The Drexel University men’s crew team traveled to England last week to compete in the Henley Royal Regatta, one of the oldest and most prestigious rowing competitions in the world. The Henley Regatta has taken place on the River Thames, by the town of Henley-on-Thames, since 1839. The competition lasts for five days — from June 27 to July 1 this year — and attracts top rowing talent from dozens of countries around the world.
Sponsored by Herbert and Karen Lotman and led by head coach Paul Savell, Drexel sent its men’s heavyweight eight to race in the Lois Krall boat. The men’s eight boat that competed in England consisted of senior coxswain Randall Lee, junior stroke Kurt Linton, junior Paul Wisniowski, sophomore Michael Faust, junior Lorenzo Albala, sophomore Sebastian Ryan, freshman Ryan Mallgrave, sophomore Vanja Busic and senior bow Will Masters.
The men’s eight qualified for the regatta for the first time in University history and were one of 20 teams granted an automatic berth in the Temple Challenge Cup, a 32-team eights competition for male teams from colleges, schools and universities. The remaining 12 crews in the field were determined during qualifying in the days leading up to the event. Every race at the Henley Regatta is head-to-head, with the losers eliminated and the winners advancing until a champion is crowned.
The draws for the Temple Challenge Cup were determined June 24, and the Dragons’ eight boat learned it would be competing against the Harvard University Crimson’s lightweight eight, one of the toughest draws in the field. The Harvard lightweight eight entered the race undefeated on the season, with an Intercollegiate Rowing Association National Championship to their name. The Dragons approached the Henley Regatta with their own momentum, as they were fresh off a first-place performance June 23 at the 800-meter Reading Town Regatta, the team’s final test before the race with Harvard.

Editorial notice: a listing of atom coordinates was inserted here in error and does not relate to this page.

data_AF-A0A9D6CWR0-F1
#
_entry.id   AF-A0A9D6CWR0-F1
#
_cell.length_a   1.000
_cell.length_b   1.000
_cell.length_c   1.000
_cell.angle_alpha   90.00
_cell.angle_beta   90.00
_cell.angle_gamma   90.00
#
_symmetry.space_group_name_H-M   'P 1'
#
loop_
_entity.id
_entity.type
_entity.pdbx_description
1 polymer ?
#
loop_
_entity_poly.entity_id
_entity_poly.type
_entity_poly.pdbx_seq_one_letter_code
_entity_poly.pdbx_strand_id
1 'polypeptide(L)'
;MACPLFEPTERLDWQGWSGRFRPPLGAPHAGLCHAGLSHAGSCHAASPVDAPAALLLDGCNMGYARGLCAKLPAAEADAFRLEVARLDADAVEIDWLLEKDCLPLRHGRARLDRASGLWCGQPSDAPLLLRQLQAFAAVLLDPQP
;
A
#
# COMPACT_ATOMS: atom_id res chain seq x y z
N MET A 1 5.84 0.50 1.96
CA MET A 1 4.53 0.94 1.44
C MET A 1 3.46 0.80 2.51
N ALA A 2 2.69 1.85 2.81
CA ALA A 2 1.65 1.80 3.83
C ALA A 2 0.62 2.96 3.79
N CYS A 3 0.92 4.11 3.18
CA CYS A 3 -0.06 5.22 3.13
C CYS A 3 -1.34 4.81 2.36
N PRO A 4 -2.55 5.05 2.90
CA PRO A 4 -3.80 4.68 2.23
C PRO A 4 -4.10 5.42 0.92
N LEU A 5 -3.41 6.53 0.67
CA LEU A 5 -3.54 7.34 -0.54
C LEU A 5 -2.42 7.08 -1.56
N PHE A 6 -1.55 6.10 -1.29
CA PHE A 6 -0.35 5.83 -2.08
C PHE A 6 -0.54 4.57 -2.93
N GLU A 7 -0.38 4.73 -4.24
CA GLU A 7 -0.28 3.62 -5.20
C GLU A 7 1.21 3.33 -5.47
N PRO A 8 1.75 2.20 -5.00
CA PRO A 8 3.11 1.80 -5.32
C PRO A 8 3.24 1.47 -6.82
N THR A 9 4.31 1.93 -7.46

Despite the Dragons’ best efforts, the Crimson emerged with a three-length victory on the 2,112-meter course and eliminated Drexel. Harvard went on to lose narrowly to the eventual champion University of Washington in the semifinal race, a testament to the caliber of Drexel’s opponent.
While the Drexel men’s eight had an early exit from the Henley Royal Regatta, simply competing at such a world-class event was a great way to cap off an already-impressive season. The Drexel men’s crew team’s season was one of the best in school history and certainly indicates success to follow in the future of Drexel crew.